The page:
ISSUE 13, April 2005

Editorial
The Campbells are coming: At speed!
Travel: Warming to Iceland
Royal Masonic Family: The Six Masonic Sons of George III, Part II
Quarterly Communication: Address of the Pro Grand Master and: Report of the Board of General Purposes
The flying eye hospital
Beamish Museum: The million pound project
  Wigan Grand Lodge: The Liverpool rebels
Chelsea Lodge: That's entertainment
Re-enactment: The way we were and: The Russian connection
Community Service: Weathering the storm
Faith and Freemasonry: God and the Craft
Education: Researching Freemasonry on the Internet and: Masonic events
Freemasons Hall: Masons at War
Grand Charity: Report and grant list and: Support for Asian tsunami
Masonic Charities: Reports from the Masonic charities
Obituaries, Letters, Book reviews, Gardening


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Masons and the tsunami
The reaction of the Craft to the Asian flood disaster has been overwhelming, showing the true nature of Freemasonry, as we detail on pages 60-61. As soon as the extent of the tsunami disaster became evident – within hours of the disaster – Grand Charity president Raymond Lye had sent £100,000 via the British Red Cross, and the special Relief Chest, for individual Masons and Lodges, has swollen to more than £560,000.
     It is a matter of pride among Masons that the Grand Charity has acted with such speed and generosity on behalf of the entire Craft, as they have on so many previous occasions.
     The four main Masonic charities are constantly working to the benefit of society, Mason and non-Mason alike. The pages of this issue of MQ again bear testimony to their dedicated work.

Keep it short

Long-winded Lodge minutes have come under the scrutiny of the Board of General Purposes, whose advice on the subject can be found in the Quarterly Communication of Grand Lodge (Pages 22-25).
     The Board makes the point that minutes are about the formal record of Lodge business, not a “detailed description of every aspect of the ceremonies and administrative business.” Moreover, says the Board, this long-windedness is a relatively new phenomenon, often linked to the increasing use of word processors.
     There is only a need to identify the ceremony, the candidate and those taking part in the work – if that is not immediately obvious from the offices held by those taking part. The Board also prefer that the minutes are sent out with the Lodge Summons. Nothing is more tedious than secretaries reading out the minutes, often at length, to a bored meeting anxious to get on with the real business of the Lodge. Along with the decision of Grand Lodge to end the nonsense of issuing pieces of paper for election of Master and Treasurer when there is only one candidate for each post, provided their nominations are on the Summons, all helps to speed up meetings.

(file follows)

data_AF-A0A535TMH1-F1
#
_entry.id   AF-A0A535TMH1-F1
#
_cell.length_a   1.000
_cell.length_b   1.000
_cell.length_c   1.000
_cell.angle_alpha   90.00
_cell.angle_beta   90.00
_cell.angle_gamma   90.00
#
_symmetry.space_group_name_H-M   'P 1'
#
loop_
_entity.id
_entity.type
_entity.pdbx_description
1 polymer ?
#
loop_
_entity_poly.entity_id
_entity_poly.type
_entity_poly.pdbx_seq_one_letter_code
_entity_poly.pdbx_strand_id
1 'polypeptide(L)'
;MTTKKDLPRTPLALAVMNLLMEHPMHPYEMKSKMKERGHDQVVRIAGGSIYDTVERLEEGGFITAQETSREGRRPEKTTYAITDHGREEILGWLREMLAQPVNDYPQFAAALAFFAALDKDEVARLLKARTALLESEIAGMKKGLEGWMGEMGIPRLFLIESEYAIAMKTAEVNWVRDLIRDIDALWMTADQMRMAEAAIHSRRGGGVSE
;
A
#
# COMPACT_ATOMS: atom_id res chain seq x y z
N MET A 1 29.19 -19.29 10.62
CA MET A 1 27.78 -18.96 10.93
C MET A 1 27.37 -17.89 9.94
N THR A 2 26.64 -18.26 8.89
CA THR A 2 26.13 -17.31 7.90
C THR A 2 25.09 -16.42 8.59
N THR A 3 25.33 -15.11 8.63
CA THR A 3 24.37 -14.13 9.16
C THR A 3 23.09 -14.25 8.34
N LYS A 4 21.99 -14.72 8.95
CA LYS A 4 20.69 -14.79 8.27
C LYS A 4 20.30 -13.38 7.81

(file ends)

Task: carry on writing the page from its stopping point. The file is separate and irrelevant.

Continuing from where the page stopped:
Identity theft
Masons are taught to be cautious, so Lodge secretaries and treasurers are urged to watch out for a growing criminal activity – identity theft. Grand Lodge has an example of a bank contacting a Lodge secretary after it had received an order, allegedly signed by the secretary and treasurer, to transfer £6,500 to another bank account.
     The bank was suspicious, as the Lodge did not have such a sum in its account. The signatures were forgeries and the police are now investigating. However, the signatures appear to have been copied from actual signatures of the two Lodge officers concerned. The warning is clear: take the utmost care in destroying correspondence rather than just dumping it in the dustbin.

Irregular body
Anthony Wilson, President of the Board of General Purposes, warned Grand Lodge in March of an irregular body styling itself the “Regular Grand Lodge of England”, governed by something called “the Masonic High Council for England and Wales.”
     He added: “It claims a number of members and at least one Lodge. While this body appears to draw its members from Brethren of other Constitutions rather than our own, I must remind members of the Craft that any Freemason under this Grand Lodge who does in any way become associated with it, as with any other irregular self-styled Masonic body, must resign from the Craft or render himself liable to Masonic disciplinary proceedings.”


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